Skip to content, or skip to search.

Skip to content, or skip to search.

The Dream Girl

If Sigmund Freud had met Isabel Swift, then he'd have known exactly what women want. As editorial chief of the world's largest publisher of romance fiction, Swift makes her living providing women with the perfect fantasies. So what will she think of next?


Lone Star Country Club isn't scheduled to start appearing in bookstores until June 2002, but already, nine of Harlequin's top editors are gathered in a conference room in midtown Manhattan, staring at a description of the project's test-marketed premise, trying to sketch in a few sudsy plotlines.

When a Sunday-morning foursome finds a baby sleeping in his bassinet on the ninth green, pandemonium breaks loose at the posh country club. Surely one of the foursome of eligible bachelors must be the father of the baby, but which one? Millionaire rancher Flynt Carson? Nerves-of-steel heart surgeon Tyler Moore? High-profile attorney Spence Harrison? Or brilliant architect Michael O'Day?

Ordinarily, the editors at Harlequin don't cook up the plots to their romance novels. But Lone Star is different. It's a sixteen-book suite, a grand total of 4,096 pages, and that requires a lot of planning. Margaret Marbury, a mellow, earthy woman who specializes in editing these mini-series, sits at the head of the charcoal-colored conference table, a spiral notebook in hand.

"Should these guys have met in college?" Marbury asks, scanning the faces of her colleagues. "Or at prep school? Or just through the club?"

"If they're self-made men," points out Leslie Wainger, an executive senior editor, "it couldn't have been prep school."

The editors, all women, don't seem like creatures of the New York publishing Establishment, nor do they seem like the custodians of America's top-selling female fantasies. Almost none wear makeup. Only a couple are fashion-conscious. One looks exactly like a nun (round face, ruddy cheeks, jumper), and three, for reasons a bit more difficult to isolate (the wire spectacles? the curls? the gossamer voices?) remind me of Mia Farrow.

"She comes from a cultivated family. None of us read romances. We're all cold-blooded Wasps with no sentimentality whatsoever."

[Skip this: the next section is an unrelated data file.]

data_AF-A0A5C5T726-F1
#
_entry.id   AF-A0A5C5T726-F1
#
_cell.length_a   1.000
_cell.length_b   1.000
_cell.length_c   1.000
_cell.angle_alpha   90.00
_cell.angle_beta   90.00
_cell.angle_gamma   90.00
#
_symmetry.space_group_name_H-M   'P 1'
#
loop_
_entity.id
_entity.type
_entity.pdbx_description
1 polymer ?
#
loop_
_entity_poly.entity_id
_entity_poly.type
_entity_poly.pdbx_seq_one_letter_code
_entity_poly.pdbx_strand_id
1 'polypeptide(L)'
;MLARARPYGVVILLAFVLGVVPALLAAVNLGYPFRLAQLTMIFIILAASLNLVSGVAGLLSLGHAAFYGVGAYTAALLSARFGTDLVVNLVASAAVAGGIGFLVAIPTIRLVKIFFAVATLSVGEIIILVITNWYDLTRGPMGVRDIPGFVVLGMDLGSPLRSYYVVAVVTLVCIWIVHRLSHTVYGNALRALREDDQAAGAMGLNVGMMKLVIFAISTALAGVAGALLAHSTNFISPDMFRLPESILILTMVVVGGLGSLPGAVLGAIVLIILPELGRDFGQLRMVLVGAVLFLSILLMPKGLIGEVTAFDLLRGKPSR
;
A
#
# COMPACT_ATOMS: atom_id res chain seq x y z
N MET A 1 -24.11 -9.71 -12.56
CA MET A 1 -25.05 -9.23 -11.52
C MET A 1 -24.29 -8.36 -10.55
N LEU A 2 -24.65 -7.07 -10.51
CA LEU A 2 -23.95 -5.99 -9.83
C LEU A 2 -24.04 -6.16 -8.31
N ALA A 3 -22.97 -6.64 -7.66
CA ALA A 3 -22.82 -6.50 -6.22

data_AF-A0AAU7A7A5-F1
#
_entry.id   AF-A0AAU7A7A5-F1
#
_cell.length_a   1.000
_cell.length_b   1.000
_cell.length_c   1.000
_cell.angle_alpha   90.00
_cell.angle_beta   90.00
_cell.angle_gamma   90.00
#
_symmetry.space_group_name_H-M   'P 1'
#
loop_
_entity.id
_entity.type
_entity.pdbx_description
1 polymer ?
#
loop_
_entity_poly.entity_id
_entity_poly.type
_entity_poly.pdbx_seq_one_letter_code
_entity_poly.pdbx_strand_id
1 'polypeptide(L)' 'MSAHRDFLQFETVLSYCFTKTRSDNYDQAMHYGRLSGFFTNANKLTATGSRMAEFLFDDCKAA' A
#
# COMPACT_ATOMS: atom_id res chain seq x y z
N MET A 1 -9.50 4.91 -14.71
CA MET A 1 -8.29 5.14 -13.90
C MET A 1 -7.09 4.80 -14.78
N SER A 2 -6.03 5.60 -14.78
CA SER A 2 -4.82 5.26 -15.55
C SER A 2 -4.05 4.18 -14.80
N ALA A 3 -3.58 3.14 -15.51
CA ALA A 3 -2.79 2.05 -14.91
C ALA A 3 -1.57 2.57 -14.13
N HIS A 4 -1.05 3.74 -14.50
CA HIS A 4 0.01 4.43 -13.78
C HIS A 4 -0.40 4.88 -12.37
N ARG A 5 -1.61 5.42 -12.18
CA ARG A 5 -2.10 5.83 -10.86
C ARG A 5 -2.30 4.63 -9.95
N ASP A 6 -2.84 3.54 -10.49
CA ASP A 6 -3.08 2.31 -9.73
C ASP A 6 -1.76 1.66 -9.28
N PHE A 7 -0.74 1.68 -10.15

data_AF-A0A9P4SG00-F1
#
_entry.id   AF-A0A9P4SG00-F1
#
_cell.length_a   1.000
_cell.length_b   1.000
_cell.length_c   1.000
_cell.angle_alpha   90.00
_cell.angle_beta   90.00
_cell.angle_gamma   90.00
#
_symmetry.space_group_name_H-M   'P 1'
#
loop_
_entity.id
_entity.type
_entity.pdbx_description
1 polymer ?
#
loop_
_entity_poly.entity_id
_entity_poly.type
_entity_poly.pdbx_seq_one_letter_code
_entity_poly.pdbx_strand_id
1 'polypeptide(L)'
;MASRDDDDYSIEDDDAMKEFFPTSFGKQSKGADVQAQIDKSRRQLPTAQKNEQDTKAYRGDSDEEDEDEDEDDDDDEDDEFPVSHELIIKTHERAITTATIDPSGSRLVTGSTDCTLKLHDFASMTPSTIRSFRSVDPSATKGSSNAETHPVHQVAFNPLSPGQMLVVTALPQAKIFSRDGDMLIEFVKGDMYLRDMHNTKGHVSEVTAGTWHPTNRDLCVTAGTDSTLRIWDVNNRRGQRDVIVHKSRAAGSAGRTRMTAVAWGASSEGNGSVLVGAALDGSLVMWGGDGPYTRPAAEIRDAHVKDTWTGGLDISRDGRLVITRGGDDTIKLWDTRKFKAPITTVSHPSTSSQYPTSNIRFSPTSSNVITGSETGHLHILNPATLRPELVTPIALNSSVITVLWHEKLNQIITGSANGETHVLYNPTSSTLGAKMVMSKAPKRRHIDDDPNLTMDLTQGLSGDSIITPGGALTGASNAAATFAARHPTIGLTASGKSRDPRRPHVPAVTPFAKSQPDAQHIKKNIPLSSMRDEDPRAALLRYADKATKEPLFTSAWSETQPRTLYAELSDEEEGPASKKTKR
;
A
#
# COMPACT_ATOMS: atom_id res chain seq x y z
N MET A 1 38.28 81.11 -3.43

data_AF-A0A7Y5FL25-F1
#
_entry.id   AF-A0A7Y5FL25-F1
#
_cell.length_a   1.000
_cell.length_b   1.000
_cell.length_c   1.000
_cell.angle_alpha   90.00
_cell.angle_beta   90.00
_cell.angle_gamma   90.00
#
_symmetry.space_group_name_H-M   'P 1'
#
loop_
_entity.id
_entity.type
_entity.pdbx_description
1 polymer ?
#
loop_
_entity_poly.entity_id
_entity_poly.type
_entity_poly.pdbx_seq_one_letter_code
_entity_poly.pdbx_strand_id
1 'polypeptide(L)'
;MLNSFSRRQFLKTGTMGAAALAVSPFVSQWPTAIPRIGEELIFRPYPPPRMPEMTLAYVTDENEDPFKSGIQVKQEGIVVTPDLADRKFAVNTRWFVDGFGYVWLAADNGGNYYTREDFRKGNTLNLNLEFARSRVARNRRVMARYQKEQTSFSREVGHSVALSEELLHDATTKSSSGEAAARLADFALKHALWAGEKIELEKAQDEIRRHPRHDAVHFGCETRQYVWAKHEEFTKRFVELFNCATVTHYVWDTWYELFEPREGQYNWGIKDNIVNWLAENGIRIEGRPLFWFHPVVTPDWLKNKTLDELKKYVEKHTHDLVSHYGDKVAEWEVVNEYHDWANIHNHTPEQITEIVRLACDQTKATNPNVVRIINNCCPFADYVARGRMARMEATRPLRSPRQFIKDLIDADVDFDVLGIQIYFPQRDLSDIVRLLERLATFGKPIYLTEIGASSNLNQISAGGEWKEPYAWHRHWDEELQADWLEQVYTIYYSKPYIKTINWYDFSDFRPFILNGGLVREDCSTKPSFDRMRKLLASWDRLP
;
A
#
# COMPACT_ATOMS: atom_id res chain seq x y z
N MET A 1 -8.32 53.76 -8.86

Marbury has an inspiration. "There could be one guy who's not usually a part of the group," she suggests. "He could be a last-minute stand-in because they didn't have a foursome. That happens all the time."

The editors like it.

"So who should have been there?" continues Marbury. "And why did he cancel at the last minute?"

"Maybe he's out of the country," suggests Melissa Jeglinski, another editor.

"Yeah," says Marbury, nodding, writing. "They can't find him. He's gone missing, perhaps?" There's a brief silence. "Amnesia!" someone shouts, and everyone laughs.

I turn to the woman sitting next to me. She is wide-eyed, pixieish, striking; her nails are unmanicured and she has pushed the shoes off her feet. Her name is Isabel Swift. Until now, she has said relatively little -- just watched with respectful pleasure. She smiles and shrugs. "Amnesia sells."

Swift would know. For the past two years, she has been the head of the editorial department at Harlequin Enterprises, the Toronto-based publishing concern that includes, under its roomy umbrella, not only all eight species of Harlequin novels (Romance, American Romance, Superromance, Temptation, Duets, Intrigue, Historicals, Presents) but also Silhouette Books (acquired from Simon & Schuster sixteen years ago), Steeple Hill (Christian romances), Mira (fatter, name-brand romances), and Gold Eagle (an action-and-adventure series -- i.e., romances for men). One out of every six mass-market paperbacks sold in North America is a Harlequin or Silhouette. Every second, five more are sold.

Swift is in charge of acquiring and developing the 700-plus titles her company pumps out annually. She also still finds time to personally edit Nora Roberts, the endlessly fecund ruler of the romance roost, who at one point last year posted four books simultaneously on the New York Times Best Sellers lists.

Isabel Swift may have the name of a heroine from a romance novel. But just about everything else about her -- her pedigree, her plastic-dinosaur collection, her loft on Greene Street -- suggests someone who would be more at home editing travel guides or science textbooks, not bodice-rippers. "Her thing for romances has been a puzzle to us all," says Holly Davidson, a professor at Brandeis University and Swift's cousin. "She comes from a cultivated family. None of us read romances. We're all cold-blooded Wasps, rational people, with no sentimentality whatsoever. Isabel herself isn't very sentimental -- she's always liked the absurd."